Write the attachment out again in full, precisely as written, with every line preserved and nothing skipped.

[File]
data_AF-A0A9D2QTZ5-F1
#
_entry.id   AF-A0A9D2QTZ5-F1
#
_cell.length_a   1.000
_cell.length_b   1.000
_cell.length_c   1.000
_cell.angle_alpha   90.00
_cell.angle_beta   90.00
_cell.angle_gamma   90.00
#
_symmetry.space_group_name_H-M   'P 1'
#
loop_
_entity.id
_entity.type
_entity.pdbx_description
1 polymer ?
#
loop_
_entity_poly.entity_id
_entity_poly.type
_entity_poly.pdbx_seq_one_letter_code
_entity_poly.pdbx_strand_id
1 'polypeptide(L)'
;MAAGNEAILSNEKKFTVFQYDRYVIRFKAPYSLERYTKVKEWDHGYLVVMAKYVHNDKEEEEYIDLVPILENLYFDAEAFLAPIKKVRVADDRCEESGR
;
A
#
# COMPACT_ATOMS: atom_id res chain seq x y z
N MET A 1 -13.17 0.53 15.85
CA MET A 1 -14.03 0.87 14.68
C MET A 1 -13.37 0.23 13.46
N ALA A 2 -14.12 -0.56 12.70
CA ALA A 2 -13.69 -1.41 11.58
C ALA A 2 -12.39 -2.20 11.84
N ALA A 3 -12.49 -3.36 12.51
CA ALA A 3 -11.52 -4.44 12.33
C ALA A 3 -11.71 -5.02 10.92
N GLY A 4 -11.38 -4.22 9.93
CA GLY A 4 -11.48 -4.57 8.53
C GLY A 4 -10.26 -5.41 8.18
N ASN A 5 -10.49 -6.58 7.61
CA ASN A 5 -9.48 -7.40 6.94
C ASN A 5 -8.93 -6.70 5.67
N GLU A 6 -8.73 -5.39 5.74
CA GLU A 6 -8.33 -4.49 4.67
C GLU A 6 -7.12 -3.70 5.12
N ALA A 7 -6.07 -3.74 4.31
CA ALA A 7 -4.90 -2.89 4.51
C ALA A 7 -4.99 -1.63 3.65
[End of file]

data_AF-A0A9D2QTZ5-F1
#
_entry.id   AF-A0A9D2QTZ5-F1
#
_cell.length_a   1.000
_cell.length_b   1.000
_cell.length_c   1.000
_cell.angle_alpha   90.00
_cell.angle_beta   90.00
_cell.angle_gamma   90.00
#
_symmetry.space_group_name_H-M   'P 1'
#
loop_
_entity.id
_entity.type
_entity.pdbx_description
1 polymer ?
#
loop_
_entity_poly.entity_id
_entity_poly.type
_entity_poly.pdbx_seq_one_letter_code
_entity_poly.pdbx_strand_id
1 'polypeptide(L)'
;MAAGNEAILSNEKKFTVFQYDRYVIRFKAPYSLERYTKVKEWDHGYLVVMAKYVHNDKEEEEYIDLVPILENLYFDAEAFLAPIKKVRVADDRCEESGR
;
A
#
# COMPACT_ATOMS: atom_id res chain seq x y z
N MET A 1 -13.17 0.53 15.85
CA MET A 1 -14.03 0.87 14.68
C MET A 1 -13.37 0.23 13.46
N ALA A 2 -14.12 -0.56 12.70
CA ALA A 2 -13.69 -1.41 11.58
C ALA A 2 -12.39 -2.20 11.84
N ALA A 3 -12.49 -3.36 12.51
CA ALA A 3 -11.52 -4.44 12.33
C ALA A 3 -11.71 -5.02 10.92
N GLY A 4 -11.38 -4.22 9.93
CA GLY A 4 -11.48 -4.57 8.53
C GLY A 4 -10.26 -5.41 8.18
N ASN A 5 -10.49 -6.58 7.61
CA ASN A 5 -9.48 -7.40 6.94
C ASN A 5 -8.93 -6.70 5.67
N GLU A 6 -8.73 -5.39 5.74
CA GLU A 6 -8.33 -4.49 4.67
C GLU A 6 -7.12 -3.70 5.12
N ALA A 7 -6.07 -3.74 4.31
CA ALA A 7 -4.90 -2.89 4.51
C ALA A 7 -4.99 -1.63 3.65